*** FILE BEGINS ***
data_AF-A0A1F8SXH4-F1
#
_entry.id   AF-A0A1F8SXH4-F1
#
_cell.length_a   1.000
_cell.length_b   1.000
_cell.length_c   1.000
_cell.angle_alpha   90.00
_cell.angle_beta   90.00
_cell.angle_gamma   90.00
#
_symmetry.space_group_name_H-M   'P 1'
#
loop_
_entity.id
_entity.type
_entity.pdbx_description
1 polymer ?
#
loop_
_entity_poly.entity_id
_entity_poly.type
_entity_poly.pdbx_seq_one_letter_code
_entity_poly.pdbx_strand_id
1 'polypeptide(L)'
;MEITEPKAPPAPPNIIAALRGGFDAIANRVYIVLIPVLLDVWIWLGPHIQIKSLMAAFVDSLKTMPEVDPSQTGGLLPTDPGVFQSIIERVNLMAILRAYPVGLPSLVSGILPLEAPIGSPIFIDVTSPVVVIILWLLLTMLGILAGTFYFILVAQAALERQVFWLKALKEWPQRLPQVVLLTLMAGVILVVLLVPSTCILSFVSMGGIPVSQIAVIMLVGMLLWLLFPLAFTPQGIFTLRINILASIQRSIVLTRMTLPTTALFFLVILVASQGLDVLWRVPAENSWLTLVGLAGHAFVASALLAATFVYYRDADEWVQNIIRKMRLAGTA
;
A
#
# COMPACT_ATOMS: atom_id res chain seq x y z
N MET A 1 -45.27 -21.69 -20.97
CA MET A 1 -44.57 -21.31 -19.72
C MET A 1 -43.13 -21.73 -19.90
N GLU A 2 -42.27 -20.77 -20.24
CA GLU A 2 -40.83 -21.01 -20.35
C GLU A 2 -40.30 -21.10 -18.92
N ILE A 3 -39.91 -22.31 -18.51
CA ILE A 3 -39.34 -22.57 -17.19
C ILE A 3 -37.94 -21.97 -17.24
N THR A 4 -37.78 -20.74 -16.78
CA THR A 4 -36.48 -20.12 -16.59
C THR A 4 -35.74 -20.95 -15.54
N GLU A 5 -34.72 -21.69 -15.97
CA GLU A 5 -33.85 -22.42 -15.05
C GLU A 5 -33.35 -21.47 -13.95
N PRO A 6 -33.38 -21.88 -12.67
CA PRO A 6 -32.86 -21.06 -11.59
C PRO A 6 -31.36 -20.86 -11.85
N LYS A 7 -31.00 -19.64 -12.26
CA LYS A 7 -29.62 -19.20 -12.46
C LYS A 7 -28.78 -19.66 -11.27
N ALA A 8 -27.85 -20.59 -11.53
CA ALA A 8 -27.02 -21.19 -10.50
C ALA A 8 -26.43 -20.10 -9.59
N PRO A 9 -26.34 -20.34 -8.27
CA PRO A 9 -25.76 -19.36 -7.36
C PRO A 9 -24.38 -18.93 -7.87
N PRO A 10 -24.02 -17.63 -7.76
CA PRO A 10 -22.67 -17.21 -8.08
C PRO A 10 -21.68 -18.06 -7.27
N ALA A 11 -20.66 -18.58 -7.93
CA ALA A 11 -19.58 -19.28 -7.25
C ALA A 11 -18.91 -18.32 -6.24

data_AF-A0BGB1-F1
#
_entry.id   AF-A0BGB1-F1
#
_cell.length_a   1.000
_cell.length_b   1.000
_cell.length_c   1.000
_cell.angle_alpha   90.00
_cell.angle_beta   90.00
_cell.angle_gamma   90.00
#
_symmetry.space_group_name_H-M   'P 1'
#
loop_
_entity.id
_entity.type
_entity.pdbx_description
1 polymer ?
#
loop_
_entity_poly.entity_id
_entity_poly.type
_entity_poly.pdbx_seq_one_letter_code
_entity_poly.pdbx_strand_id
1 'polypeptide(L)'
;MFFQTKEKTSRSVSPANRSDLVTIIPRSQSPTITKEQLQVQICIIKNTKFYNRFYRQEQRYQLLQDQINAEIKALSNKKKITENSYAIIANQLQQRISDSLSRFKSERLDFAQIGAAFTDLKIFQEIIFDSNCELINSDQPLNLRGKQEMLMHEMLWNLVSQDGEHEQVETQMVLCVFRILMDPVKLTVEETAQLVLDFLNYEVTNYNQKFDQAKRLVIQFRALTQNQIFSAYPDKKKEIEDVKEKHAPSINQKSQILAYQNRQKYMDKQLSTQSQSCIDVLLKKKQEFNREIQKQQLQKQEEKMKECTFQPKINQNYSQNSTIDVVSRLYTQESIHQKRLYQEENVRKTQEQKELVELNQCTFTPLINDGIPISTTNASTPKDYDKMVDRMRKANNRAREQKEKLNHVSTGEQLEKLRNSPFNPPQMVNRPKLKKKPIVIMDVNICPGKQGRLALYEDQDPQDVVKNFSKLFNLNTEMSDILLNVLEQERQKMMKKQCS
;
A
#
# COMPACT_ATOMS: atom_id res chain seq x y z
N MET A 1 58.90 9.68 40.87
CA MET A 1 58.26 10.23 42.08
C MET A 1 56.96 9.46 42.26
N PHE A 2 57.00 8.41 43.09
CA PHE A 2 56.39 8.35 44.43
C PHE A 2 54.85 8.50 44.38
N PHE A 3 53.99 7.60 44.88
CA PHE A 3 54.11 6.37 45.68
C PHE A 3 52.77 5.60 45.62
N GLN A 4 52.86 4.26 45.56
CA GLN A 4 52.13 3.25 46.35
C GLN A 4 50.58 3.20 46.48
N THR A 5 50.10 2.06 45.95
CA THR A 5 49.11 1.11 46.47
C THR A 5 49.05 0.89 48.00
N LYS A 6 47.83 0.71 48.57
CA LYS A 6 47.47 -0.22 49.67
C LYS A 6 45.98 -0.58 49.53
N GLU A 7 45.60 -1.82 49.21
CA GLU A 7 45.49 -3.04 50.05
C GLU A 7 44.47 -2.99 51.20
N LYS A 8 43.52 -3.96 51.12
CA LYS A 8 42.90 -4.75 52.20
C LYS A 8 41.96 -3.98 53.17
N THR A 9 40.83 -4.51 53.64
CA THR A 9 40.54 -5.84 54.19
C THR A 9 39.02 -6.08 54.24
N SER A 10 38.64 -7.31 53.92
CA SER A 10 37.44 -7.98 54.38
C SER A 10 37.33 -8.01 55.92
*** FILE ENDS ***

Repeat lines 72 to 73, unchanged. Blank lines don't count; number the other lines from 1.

_cell.angle_beta   90.00
_cell.angle_gamma   90.00